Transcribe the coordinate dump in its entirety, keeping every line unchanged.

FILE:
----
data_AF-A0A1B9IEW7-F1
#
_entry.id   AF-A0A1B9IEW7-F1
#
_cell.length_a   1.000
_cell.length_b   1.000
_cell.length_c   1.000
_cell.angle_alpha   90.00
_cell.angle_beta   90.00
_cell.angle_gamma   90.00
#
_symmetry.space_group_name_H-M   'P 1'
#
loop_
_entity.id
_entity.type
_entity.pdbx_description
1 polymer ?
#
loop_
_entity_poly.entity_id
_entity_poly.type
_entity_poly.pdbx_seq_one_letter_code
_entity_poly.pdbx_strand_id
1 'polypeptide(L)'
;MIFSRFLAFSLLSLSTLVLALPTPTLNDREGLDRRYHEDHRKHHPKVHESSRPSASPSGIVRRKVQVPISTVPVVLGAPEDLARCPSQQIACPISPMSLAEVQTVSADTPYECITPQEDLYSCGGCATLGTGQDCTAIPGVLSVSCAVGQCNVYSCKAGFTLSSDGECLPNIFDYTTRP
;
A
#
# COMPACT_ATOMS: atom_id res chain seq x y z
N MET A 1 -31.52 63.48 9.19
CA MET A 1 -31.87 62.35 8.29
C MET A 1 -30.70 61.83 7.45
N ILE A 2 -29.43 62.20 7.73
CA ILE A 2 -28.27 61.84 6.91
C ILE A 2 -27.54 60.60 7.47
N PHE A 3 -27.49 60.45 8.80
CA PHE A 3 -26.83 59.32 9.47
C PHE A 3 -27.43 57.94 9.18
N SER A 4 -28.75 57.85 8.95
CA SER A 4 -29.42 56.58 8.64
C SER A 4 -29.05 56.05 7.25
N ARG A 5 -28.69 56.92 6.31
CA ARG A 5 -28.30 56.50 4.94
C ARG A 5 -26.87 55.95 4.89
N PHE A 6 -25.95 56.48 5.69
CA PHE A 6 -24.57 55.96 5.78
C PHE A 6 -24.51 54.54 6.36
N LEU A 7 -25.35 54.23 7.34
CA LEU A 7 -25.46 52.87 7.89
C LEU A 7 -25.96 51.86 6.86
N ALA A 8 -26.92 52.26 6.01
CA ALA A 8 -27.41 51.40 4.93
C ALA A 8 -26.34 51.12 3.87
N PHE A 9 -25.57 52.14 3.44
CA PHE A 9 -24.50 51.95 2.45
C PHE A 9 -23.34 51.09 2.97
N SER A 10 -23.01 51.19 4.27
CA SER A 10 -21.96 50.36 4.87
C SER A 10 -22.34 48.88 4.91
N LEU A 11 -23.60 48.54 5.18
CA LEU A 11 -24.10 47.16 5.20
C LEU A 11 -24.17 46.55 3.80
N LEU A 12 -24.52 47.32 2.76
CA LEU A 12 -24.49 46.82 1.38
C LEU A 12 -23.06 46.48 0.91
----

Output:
data_AF-A0A1B9IEW7-F1
#
_entry.id   AF-A0A1B9IEW7-F1
#
_cell.length_a   1.000
_cell.length_b   1.000
_cell.length_c   1.000
_cell.angle_alpha   90.00
_cell.angle_beta   90.00
_cell.angle_gamma   90.00
#
_symmetry.space_group_name_H-M   'P 1'
#
loop_
_entity.id
_entity.type
_entity.pdbx_description
1 polymer ?
#
loop_
_entity_poly.entity_id
_entity_poly.type
_entity_poly.pdbx_seq_one_letter_code
_entity_poly.pdbx_strand_id
1 'polypeptide(L)'
;MIFSRFLAFSLLSLSTLVLALPTPTLNDREGLDRRYHEDHRKHHPKVHESSRPSASPSGIVRRKVQVPISTVPVVLGAPEDLARCPSQQIACPISPMSLAEVQTVSADTPYECITPQEDLYSCGGCATLGTGQDCTAIPGVLSVSCAVGQCNVYSCKAGFTLSSDGECLPNIFDYTTRP
;
A
#
# COMPACT_ATOMS: atom_id res chain seq x y z
N MET A 1 -31.52 63.48 9.19
CA MET A 1 -31.87 62.35 8.29
C MET A 1 -30.70 61.83 7.45
N ILE A 2 -29.43 62.20 7.73
CA ILE A 2 -28.27 61.84 6.91
C ILE A 2 -27.54 60.60 7.47
N PHE A 3 -27.49 60.45 8.80
CA PHE A 3 -26.83 59.32 9.47
C PHE A 3 -27.43 57.94 9.18
N SER A 4 -28.75 57.85 8.95
CA SER A 4 -29.42 56.58 8.64
C SER A 4 -29.05 56.05 7.25
N ARG A 5 -28.69 56.92 6.31
CA ARG A 5 -28.30 56.50 4.94
C ARG A 5 -26.87 55.95 4.89
N PHE A 6 -25.95 56.48 5.69
CA PHE A 6 -24.57 55.96 5.78
C PHE A 6 -24.51 54.54 6.36
N LEU A 7 -25.35 54.23 7.34
CA LEU A 7 -25.46 52.87 7.89
C LEU A 7 -25.96 51.86 6.86
N ALA A 8 -26.92 52.26 6.01
CA ALA A 8 -27.41 51.40 4.93
C ALA A 8 -26.34 51.12 3.87
N PHE A 9 -25.57 52.14 3.44
CA PHE A 9 -24.50 51.95 2.45
C PHE A 9 -23.34 51.09 2.97
N SER A 10 -23.01 51.19 4.27
CA SER A 10 -21.96 50.36 4.87
C SER A 10 -22.34 48.88 4.91
N LEU A 11 -23.60 48.54 5.18
CA LEU A 11 -24.10 47.16 5.20
C LEU A 11 -24.17 46.55 3.80
N LEU A 12 -24.52 47.32 2.76
CA LEU A 12 -24.49 46.82 1.38
C LEU A 12 -23.06 46.48 0.91